If she had not studied journalism, Emily Amick ’11 might never have found herself on the path to practicing law. Amick was drawn to the legal profession largely based on the idea of becoming more involved in the communities she covered as a journalist.
If she had not studied journalism, Emily Amick ’11 might never have found herself on the path to practicing law. Amick was drawn to the legal profession largely based on the idea of becoming more involved in the communities she covered as a journalist. She spent her undergraduate years working in media—writing articles for Campus Progress, in addition to interning at ABC News and The Nation. The summer after receiving her undergraduate degree, Amick earned a MacFarquahar Journalism Fellowship that sponsored her travels to Namibia, where she investigated human rights violations and contributed to Sister Namibia magazine.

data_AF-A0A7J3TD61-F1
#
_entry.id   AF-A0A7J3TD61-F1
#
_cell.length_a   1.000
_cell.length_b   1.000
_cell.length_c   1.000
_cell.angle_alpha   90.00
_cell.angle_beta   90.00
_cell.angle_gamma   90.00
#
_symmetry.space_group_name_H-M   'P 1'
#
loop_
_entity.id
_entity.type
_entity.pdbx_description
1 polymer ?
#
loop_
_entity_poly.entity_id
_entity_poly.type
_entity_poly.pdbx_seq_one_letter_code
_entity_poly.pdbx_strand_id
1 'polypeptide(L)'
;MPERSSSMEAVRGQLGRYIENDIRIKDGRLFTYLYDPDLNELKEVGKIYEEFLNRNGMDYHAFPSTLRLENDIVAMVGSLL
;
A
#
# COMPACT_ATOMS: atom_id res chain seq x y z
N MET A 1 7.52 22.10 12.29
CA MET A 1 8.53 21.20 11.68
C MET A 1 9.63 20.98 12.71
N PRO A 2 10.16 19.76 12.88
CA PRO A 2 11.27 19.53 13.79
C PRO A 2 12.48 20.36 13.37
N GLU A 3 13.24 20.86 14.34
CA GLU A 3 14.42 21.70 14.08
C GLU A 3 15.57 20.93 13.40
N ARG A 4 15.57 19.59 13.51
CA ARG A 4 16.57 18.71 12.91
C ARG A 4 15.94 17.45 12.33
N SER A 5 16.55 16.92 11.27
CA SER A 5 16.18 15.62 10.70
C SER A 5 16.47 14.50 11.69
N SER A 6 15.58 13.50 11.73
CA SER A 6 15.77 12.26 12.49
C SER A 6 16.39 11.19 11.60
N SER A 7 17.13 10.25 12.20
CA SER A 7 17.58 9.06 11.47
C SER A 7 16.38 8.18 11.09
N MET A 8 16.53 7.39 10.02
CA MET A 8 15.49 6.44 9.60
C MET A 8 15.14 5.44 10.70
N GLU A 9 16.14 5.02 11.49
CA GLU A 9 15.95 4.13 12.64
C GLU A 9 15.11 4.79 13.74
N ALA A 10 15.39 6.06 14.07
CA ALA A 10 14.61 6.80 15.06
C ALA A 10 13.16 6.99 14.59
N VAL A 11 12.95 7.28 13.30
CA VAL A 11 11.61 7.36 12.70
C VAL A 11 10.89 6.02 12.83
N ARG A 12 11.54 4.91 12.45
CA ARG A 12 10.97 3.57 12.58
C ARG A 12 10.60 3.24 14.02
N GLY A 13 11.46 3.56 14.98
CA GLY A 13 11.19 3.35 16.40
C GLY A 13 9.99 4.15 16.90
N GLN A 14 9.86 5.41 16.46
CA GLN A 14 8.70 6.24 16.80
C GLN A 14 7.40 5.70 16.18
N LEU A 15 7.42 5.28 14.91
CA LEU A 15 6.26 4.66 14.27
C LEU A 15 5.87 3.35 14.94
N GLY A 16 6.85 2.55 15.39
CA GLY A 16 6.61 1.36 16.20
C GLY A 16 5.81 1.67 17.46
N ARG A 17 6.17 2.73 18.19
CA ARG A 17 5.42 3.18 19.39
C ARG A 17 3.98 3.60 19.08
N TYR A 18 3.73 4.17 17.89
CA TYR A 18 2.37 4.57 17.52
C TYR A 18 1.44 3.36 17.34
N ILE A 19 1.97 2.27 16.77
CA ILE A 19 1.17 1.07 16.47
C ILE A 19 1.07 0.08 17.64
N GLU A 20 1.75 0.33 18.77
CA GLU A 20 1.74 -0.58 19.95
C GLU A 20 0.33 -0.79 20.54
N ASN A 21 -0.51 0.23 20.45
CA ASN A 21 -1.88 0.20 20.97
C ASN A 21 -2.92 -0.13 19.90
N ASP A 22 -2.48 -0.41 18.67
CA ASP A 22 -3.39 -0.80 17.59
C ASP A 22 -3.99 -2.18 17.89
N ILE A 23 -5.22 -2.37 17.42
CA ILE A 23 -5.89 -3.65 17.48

In 2008, Amick began pursuing a master’s degree in journalism but found herself seeking to be “a more active participant” in effecting change, she says. As a result, Amick decided to attend Columbia Law School. “It was a place where I could make a difference and be intellectually challenged,” she says.
One of her first steps at the Law School was to join the Columbia Society of International Law. Amick also helped coordinate the Wolfgang Friedmann Conference in International Law, an annual event honoring the professor who founded the Columbia Journal of Transnational Law. She signed on as a volunteer for New York’s Legal Clinic for the Homeless, and, last year, Amick completed summer associate programs at the Queens District Attorney’s office and the United States Department of State. At the State Department, she served in the Office of Global Women’s Issues and went about adding more substantive and procedural expertise to an already impressive skill set.
After graduation, Amick will begin a two-year Equal Justice Works fellowship (funded by Simpson Thacher & Bartlett and Morgan Stanley) at Sanctuary for Families, a provider of services to domestic violence victims, sex trafficking victims, and their children. “Columbia gave me the opportunity to find my place in the world of public interest law,” she says.